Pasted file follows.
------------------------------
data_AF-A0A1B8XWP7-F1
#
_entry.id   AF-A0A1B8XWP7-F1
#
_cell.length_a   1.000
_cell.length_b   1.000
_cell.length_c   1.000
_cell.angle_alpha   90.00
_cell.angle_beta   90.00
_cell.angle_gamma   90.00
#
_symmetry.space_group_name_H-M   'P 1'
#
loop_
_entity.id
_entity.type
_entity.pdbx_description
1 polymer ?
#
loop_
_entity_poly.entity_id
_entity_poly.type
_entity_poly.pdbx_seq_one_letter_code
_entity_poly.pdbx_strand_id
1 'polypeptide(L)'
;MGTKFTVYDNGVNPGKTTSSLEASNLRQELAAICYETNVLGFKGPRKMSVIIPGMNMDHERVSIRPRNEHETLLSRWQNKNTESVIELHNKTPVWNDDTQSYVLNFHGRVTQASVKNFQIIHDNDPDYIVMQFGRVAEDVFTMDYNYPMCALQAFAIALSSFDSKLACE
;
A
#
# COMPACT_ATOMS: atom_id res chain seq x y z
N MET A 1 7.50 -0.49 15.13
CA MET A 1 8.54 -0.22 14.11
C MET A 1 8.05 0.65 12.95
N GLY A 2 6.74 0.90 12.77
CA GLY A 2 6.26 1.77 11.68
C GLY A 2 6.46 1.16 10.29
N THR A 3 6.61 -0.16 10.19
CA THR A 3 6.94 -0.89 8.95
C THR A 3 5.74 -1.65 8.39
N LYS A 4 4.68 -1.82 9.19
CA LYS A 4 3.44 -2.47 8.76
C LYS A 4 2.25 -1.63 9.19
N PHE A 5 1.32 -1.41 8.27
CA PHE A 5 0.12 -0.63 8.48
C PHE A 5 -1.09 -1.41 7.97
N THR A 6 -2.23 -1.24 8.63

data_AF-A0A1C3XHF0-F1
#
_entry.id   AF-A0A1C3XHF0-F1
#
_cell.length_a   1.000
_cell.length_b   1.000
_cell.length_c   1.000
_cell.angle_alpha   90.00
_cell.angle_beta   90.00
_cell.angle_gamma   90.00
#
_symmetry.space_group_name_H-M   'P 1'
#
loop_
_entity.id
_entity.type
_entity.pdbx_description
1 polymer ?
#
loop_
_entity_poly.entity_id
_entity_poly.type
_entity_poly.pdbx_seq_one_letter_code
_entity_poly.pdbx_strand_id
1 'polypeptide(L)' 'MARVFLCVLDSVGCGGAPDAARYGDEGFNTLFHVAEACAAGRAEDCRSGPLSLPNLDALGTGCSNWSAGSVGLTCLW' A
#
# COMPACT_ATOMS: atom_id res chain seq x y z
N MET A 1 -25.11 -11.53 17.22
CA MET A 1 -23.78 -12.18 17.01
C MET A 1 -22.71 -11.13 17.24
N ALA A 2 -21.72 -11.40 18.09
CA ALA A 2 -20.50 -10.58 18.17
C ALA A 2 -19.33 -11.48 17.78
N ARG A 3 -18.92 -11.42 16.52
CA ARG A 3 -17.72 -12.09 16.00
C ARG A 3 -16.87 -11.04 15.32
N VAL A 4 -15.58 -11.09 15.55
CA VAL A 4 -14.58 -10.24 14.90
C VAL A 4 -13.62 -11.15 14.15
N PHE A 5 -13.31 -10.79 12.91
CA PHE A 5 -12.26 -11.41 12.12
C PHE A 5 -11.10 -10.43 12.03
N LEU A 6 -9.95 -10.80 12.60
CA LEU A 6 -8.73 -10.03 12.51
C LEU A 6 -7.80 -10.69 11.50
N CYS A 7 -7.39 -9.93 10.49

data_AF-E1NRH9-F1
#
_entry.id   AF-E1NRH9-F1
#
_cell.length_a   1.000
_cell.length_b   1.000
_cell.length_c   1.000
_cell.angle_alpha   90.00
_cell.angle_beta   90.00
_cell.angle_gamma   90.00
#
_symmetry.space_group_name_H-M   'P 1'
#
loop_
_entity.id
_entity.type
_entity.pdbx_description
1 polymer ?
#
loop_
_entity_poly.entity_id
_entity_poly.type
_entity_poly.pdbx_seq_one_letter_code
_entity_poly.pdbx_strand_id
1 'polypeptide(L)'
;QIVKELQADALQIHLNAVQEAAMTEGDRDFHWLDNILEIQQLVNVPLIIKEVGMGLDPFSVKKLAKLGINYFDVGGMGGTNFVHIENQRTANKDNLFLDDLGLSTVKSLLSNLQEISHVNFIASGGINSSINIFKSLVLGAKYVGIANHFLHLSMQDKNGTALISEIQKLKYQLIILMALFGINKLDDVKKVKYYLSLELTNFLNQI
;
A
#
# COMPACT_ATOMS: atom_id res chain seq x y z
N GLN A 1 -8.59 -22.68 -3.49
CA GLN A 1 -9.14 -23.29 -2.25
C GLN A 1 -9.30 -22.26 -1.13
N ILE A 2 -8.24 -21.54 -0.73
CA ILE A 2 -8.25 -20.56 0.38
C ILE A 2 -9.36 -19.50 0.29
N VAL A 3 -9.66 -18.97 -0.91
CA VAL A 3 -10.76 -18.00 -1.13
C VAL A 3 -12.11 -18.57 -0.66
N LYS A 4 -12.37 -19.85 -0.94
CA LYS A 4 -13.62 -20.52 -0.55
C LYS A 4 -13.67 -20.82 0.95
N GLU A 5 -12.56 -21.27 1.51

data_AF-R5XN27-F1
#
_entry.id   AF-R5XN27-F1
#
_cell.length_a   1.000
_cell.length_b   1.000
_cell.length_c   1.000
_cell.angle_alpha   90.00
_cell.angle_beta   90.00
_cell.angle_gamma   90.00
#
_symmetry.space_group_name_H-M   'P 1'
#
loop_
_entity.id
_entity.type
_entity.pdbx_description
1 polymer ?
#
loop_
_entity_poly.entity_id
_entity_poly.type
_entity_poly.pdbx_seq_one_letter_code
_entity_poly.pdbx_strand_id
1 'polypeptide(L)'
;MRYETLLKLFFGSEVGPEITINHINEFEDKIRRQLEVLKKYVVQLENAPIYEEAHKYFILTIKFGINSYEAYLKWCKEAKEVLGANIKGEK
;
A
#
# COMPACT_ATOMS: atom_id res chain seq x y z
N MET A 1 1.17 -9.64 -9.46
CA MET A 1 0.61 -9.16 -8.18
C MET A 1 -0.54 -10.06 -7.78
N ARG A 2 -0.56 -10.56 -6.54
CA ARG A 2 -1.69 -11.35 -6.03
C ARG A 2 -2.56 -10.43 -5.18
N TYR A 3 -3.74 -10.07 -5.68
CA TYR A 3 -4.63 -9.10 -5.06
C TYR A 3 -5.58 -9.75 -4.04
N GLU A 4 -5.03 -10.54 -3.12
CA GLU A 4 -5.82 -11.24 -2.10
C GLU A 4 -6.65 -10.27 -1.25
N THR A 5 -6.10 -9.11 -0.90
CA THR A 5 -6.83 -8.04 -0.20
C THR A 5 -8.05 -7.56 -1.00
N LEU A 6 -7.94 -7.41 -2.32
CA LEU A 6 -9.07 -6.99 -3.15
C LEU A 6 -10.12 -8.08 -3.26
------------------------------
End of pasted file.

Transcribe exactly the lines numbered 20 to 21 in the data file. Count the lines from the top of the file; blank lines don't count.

loop_
_entity_poly.entity_id